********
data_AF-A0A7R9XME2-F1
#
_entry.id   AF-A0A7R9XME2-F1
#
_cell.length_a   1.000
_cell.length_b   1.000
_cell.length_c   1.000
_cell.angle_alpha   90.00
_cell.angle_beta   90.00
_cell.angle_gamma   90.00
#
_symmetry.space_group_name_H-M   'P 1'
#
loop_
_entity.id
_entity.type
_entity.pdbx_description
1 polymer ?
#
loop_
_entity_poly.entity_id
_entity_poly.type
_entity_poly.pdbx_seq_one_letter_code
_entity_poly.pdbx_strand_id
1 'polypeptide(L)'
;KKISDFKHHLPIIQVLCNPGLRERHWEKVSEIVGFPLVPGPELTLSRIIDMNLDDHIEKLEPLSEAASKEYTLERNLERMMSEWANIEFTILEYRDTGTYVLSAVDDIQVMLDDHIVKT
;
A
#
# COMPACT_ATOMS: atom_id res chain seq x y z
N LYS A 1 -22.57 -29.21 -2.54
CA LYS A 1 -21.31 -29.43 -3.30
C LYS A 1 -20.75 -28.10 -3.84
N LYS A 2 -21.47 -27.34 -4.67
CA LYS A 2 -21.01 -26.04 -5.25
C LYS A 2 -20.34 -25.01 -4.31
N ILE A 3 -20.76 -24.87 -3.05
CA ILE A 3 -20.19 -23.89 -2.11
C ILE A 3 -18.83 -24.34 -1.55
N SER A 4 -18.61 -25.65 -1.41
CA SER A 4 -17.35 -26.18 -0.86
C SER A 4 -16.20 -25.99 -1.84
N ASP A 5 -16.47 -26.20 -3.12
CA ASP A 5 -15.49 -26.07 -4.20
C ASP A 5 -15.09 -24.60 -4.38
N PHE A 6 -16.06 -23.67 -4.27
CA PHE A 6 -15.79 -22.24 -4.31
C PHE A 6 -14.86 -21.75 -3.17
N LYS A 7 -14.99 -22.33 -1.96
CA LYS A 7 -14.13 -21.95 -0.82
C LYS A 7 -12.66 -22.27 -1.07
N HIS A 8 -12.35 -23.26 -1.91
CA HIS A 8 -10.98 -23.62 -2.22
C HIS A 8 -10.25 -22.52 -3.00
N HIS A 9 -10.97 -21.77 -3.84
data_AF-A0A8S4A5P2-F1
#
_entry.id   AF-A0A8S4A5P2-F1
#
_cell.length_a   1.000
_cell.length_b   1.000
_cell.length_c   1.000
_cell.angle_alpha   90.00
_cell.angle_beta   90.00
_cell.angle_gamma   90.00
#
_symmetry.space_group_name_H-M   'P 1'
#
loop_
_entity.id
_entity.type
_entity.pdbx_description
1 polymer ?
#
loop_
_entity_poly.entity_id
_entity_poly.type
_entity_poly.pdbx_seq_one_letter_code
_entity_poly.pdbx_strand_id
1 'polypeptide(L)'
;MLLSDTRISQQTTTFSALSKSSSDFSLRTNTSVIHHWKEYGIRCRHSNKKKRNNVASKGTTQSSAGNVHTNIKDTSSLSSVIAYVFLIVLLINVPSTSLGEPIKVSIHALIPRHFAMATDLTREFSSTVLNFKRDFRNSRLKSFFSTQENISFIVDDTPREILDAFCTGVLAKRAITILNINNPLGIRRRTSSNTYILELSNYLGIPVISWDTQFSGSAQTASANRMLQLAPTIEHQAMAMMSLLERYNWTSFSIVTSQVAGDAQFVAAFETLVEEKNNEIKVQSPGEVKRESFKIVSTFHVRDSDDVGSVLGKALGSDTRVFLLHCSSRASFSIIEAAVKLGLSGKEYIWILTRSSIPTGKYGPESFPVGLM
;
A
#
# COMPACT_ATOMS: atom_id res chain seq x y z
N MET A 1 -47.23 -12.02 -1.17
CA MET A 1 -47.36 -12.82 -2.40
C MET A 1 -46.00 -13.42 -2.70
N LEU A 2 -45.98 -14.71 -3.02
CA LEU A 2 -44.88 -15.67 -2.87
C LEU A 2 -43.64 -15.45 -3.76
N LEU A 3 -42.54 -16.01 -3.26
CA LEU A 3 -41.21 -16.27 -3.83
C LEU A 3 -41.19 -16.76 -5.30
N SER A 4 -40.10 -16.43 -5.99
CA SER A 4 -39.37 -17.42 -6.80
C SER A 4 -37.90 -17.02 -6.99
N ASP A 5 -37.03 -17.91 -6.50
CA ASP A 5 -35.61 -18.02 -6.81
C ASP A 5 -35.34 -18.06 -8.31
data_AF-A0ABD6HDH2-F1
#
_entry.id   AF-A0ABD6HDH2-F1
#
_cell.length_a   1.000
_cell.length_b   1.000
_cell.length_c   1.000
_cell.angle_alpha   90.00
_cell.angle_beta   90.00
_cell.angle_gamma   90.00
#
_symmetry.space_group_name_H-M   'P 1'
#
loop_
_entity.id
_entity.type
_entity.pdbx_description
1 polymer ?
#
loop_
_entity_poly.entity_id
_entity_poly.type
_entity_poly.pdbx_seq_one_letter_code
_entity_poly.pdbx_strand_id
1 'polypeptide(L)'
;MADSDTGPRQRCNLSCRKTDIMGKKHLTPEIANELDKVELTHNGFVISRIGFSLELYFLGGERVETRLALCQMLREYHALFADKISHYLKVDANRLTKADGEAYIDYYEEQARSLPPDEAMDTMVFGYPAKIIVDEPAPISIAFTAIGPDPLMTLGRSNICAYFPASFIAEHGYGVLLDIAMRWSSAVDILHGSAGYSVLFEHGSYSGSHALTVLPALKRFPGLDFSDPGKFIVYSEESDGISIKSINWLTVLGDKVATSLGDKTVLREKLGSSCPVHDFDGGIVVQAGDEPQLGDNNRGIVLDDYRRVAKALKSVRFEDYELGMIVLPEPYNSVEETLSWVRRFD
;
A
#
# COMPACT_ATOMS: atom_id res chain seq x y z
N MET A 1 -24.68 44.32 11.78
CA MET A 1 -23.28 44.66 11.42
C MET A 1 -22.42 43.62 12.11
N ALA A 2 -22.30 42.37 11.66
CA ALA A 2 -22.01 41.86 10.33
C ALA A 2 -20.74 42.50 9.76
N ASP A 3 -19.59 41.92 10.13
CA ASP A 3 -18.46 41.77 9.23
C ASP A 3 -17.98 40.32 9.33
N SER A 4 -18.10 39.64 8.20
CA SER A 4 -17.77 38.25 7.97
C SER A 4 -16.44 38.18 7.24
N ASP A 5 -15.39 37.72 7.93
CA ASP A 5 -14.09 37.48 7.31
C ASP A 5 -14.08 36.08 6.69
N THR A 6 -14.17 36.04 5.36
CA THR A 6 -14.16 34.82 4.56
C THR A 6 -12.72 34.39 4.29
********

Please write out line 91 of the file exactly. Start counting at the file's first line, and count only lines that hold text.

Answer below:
C LEU A 2 -43.64 -15.45 -3.76